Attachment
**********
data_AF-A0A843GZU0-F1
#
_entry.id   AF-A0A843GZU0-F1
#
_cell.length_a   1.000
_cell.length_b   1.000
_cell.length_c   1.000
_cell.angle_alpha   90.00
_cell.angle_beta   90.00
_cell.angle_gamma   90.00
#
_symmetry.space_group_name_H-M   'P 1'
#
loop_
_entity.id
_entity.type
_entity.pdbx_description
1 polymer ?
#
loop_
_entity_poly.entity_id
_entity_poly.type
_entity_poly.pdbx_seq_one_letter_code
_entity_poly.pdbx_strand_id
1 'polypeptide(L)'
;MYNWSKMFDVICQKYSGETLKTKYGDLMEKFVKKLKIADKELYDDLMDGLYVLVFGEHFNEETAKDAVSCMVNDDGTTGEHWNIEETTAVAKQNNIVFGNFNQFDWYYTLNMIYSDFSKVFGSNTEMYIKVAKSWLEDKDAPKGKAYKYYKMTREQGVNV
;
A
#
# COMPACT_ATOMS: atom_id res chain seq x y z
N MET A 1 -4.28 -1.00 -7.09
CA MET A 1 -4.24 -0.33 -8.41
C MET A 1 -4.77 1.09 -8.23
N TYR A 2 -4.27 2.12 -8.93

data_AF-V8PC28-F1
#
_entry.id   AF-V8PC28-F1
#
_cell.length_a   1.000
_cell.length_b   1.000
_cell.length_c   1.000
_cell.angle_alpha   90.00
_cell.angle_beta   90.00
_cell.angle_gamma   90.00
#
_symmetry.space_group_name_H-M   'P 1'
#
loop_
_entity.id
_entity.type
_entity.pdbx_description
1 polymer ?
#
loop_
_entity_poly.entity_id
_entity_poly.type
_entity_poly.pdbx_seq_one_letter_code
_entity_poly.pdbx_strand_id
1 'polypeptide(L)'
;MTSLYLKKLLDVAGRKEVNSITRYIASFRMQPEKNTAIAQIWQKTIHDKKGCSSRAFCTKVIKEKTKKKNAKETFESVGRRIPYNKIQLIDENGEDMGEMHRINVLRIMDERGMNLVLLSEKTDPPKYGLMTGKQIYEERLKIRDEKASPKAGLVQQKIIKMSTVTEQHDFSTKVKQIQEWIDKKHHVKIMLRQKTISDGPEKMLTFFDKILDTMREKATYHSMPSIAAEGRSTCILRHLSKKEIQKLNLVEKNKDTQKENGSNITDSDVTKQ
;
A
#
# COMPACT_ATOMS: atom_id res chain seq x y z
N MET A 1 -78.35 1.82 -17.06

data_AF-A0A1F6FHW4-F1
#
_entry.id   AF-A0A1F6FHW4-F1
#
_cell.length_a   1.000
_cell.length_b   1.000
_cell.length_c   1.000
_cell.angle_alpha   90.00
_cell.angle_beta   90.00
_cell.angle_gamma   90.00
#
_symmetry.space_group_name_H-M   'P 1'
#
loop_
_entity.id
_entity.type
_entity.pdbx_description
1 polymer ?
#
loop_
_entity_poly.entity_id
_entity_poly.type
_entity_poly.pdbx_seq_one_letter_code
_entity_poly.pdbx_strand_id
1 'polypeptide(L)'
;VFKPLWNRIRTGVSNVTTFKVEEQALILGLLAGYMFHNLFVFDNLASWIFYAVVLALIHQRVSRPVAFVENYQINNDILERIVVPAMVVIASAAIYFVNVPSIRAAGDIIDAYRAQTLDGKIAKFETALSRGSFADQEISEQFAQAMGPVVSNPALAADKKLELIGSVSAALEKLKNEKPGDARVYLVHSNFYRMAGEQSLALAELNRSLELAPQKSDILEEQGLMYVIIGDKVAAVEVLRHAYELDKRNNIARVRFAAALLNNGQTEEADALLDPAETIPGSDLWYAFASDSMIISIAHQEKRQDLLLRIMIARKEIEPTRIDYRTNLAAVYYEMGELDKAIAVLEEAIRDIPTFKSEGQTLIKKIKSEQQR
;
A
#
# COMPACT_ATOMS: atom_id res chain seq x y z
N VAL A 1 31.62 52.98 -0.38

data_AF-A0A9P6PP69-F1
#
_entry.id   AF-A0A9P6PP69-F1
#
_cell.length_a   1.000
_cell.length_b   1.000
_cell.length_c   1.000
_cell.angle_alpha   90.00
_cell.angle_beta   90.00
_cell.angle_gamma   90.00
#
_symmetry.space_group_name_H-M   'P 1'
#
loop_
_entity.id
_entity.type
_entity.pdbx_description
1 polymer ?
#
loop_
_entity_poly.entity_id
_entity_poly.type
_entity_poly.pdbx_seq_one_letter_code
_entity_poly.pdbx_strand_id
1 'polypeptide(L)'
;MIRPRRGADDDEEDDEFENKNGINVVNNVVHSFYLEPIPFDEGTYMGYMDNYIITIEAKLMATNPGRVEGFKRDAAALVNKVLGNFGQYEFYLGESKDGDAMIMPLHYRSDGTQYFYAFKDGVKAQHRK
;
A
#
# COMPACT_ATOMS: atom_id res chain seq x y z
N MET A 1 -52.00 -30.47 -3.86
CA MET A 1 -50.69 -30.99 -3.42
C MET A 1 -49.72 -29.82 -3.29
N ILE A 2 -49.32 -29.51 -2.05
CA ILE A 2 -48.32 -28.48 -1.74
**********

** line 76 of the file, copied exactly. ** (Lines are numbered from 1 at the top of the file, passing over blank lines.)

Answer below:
#